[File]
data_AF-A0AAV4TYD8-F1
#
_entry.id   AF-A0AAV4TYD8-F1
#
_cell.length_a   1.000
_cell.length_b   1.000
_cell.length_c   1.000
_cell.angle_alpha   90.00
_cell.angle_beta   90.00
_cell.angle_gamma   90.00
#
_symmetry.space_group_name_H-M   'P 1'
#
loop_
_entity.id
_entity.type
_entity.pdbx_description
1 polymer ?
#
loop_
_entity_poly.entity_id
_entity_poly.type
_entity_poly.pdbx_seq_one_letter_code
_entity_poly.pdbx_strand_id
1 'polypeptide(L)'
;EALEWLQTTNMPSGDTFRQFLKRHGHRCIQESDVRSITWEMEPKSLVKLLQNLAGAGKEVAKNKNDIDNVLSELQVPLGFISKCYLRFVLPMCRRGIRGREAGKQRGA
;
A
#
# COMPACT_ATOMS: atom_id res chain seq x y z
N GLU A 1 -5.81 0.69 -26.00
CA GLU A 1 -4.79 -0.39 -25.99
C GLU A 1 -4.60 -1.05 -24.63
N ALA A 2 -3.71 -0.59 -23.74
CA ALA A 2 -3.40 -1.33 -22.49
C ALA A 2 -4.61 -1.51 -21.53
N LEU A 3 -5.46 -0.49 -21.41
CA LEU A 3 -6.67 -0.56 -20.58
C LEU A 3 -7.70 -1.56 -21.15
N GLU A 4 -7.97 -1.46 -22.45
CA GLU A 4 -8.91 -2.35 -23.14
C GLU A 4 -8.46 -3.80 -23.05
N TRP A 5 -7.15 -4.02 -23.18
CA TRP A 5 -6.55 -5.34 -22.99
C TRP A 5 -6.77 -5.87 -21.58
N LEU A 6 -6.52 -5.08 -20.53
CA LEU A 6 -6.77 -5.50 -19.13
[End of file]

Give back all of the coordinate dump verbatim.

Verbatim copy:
data_AF-A0AAV4TYD8-F1
#
_entry.id   AF-A0AAV4TYD8-F1
#
_cell.length_a   1.000
_cell.length_b   1.000
_cell.length_c   1.000
_cell.angle_alpha   90.00
_cell.angle_beta   90.00
_cell.angle_gamma   90.00
#
_symmetry.space_group_name_H-M   'P 1'
#
loop_
_entity.id
_entity.type
_entity.pdbx_description
1 polymer ?
#
loop_
_entity_poly.entity_id
_entity_poly.type
_entity_poly.pdbx_seq_one_letter_code
_entity_poly.pdbx_strand_id
1 'polypeptide(L)'
;EALEWLQTTNMPSGDTFRQFLKRHGHRCIQESDVRSITWEMEPKSLVKLLQNLAGAGKEVAKNKNDIDNVLSELQVPLGFISKCYLRFVLPMCRRGIRGREAGKQRGA
;
A
#
# COMPACT_ATOMS: atom_id res chain seq x y z
N GLU A 1 -5.81 0.69 -26.00
CA GLU A 1 -4.79 -0.39 -25.99
C GLU A 1 -4.60 -1.05 -24.63
N ALA A 2 -3.71 -0.59 -23.74
CA ALA A 2 -3.40 -1.33 -22.49
C ALA A 2 -4.61 -1.51 -21.53
N LEU A 3 -5.46 -0.49 -21.41
CA LEU A 3 -6.67 -0.56 -20.58
C LEU A 3 -7.70 -1.56 -21.15
N GLU A 4 -7.97 -1.46 -22.45
CA GLU A 4 -8.91 -2.35 -23.14
C GLU A 4 -8.46 -3.80 -23.05
N TRP A 5 -7.15 -4.02 -23.18
CA TRP A 5 -6.55 -5.34 -22.99
C TRP A 5 -6.77 -5.87 -21.58
N LEU A 6 -6.52 -5.08 -20.53
CA LEU A 6 -6.77 -5.50 -19.13